Karate has been enjoying a rise in popularity in recent years, so much so that it managed to find its way to the summer Olympics of Tokyo 2020. And how could it not, when it teaches its athletes important life values such as respect, discipline, and compassion.

A good example of this are brothers James and Luke Georgiou, who at just 11 and 10 years old respectively are already star pupils of their dojo (a space for immersive learning) and are winning medals by the dozens, yet remain grounded and focused on their next objectives.

As their father, George Georgiou explains to Neos Kosmos, the two kids took an immediate liking to the sport:

“We thought as parents, they should try everything. And they took to it, they loved it.
“Thankfully, their sensei (teacher) is the sensei of the Australian karate national team.
“We didn’t know that at the time, but we didn’t necessarily take them to do karate so they can compete.
“We just did it so they can build their self-confidence, so they can learn self-defence, discipline and they can learn to look after themselves.
“And they took it to another level themselves.”

Mr Georgiou goes on to explain the added benefits that engaging in the sport has offered his two kids:

“Through karate, they developed other skills,” he says. “James is quite the accomplished swimmer. Competing through school he made it to the regionals. But, while he’s good at other sports, karate is always the number one priority.”

Their most recent accomplishment was winning a gold medal each at the regional Pacific Cup championships in New Caledonia.

But this was just one of many, with James having also won Bronze medals in the Oceania championship, the Australian Open and the Australasian School Age championship, while Luke has brought home the gold at the Australasian School Age Championship, the Australian open and the Melbourne open.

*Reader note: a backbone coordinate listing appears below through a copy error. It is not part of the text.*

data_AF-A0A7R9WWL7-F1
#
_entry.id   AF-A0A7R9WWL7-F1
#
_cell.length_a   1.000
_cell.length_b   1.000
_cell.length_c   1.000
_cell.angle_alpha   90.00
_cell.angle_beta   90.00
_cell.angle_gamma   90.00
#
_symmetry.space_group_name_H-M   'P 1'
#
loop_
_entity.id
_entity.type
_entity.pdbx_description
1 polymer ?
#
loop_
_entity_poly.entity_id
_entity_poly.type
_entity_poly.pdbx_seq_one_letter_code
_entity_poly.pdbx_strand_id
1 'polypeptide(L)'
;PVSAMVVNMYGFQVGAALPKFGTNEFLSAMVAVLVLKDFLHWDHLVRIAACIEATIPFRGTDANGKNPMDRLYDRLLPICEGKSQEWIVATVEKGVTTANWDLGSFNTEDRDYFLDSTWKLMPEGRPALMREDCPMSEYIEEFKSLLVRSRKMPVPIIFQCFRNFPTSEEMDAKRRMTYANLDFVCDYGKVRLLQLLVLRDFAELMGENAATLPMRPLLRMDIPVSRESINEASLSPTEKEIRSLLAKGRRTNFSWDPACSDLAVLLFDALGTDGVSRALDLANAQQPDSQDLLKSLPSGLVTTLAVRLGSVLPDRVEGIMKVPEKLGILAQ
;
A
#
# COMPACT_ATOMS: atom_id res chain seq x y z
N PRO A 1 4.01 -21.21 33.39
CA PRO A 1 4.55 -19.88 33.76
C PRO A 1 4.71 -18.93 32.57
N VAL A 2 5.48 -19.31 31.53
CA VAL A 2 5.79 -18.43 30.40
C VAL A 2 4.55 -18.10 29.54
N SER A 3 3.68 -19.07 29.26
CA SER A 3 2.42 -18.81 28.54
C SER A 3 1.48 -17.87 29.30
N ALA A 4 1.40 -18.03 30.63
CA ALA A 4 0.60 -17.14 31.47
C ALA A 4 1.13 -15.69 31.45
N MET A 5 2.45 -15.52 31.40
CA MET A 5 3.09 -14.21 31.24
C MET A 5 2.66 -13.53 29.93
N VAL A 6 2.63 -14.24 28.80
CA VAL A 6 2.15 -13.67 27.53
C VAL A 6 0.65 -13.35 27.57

Both boys are also members of the Australian youth karate national team. But their ambitions do not stop there.

“My dream, as a father, is to see them compete in Greece some day, since Europeans are up to another level,” says Mr Georgiou. “But that’s more just to say that we’ve done it for their ancestors and where they’re from, and so forth.”

One of the brothers during a kumite (sparring) game. As the medals keep coming, expectations only grow higher of the two young champions, yet they don’t seem to feel the pressure.

One of their short-term goals is to represent Australia at the youth training camp in July in Croatia, while their ultimate target is to participate in one of the next Olympic Games taking place in either 2024 or 2028.

Despite all their success, there’s no denying their training has given them the right mindset, which goes beyond their own achievements to helping others do their best.

“They enjoy training and mentoring younger kids that are coming through,” says Mr Georgiou.

“They’re both part of the leadership squad at their dojo which had their annual competition day last Sunday (2 December). It was only for fun, just for the younger kids who have never competed before within our own club.
“An 11 and a 10-year-old were coaching kids their age, and younger, about the moves and what to do, etc. So it was pretty good, as a father, to be looking on and seeing them giving back something.”

However things play out in the future, and no matter where their adventure with karate takes the two boys, one thing is for certain; it has provided them with some lessons that will prove invaluable for the rest of their lives.